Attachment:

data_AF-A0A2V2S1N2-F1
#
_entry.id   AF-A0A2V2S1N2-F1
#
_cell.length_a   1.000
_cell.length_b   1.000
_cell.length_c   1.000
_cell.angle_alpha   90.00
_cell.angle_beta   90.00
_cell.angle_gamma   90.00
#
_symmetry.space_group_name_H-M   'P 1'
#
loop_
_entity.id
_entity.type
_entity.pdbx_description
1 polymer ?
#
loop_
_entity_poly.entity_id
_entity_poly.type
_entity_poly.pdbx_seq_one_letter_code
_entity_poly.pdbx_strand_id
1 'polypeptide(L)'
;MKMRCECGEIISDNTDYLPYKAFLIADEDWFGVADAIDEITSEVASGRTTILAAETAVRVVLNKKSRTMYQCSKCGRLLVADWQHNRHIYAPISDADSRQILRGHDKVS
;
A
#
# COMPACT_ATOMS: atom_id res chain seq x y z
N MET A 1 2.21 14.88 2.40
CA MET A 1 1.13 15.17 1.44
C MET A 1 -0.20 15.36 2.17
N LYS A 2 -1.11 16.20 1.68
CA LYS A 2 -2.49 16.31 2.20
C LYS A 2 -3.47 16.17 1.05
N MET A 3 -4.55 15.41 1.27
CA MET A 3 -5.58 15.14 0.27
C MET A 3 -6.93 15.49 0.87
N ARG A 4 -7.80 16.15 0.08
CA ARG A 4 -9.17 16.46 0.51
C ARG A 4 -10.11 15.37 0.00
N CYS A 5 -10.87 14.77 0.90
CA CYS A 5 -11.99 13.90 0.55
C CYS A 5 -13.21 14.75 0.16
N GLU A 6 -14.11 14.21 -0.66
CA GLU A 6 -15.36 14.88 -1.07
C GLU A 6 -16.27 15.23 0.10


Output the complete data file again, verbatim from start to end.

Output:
data_AF-A0A2V2S1N2-F1
#
_entry.id   AF-A0A2V2S1N2-F1
#
_cell.length_a   1.000
_cell.length_b   1.000
_cell.length_c   1.000
_cell.angle_alpha   90.00
_cell.angle_beta   90.00
_cell.angle_gamma   90.00
#
_symmetry.space_group_name_H-M   'P 1'
#
loop_
_entity.id
_entity.type
_entity.pdbx_description
1 polymer ?
#
loop_
_entity_poly.entity_id
_entity_poly.type
_entity_poly.pdbx_seq_one_letter_code
_entity_poly.pdbx_strand_id
1 'polypeptide(L)'
;MKMRCECGEIISDNTDYLPYKAFLIADEDWFGVADAIDEITSEVASGRTTILAAETAVRVVLNKKSRTMYQCSKCGRLLVADWQHNRHIYAPISDADSRQILRGHDKVS
;
A
#
# COMPACT_ATOMS: atom_id res chain seq x y z
N MET A 1 2.21 14.88 2.40
CA MET A 1 1.13 15.17 1.44
C MET A 1 -0.20 15.36 2.17
N LYS A 2 -1.11 16.20 1.68
CA LYS A 2 -2.49 16.31 2.20
C LYS A 2 -3.47 16.17 1.05
N MET A 3 -4.55 15.41 1.27
CA MET A 3 -5.58 15.14 0.27
C MET A 3 -6.93 15.49 0.87
N ARG A 4 -7.80 16.15 0.08
CA ARG A 4 -9.17 16.46 0.51
C ARG A 4 -10.11 15.37 0.00
N CYS A 5 -10.87 14.77 0.90
CA CYS A 5 -11.99 13.90 0.55
C CYS A 5 -13.21 14.75 0.16
N GLU A 6 -14.11 14.21 -0.66
CA GLU A 6 -15.36 14.88 -1.07
C GLU A 6 -16.27 15.23 0.10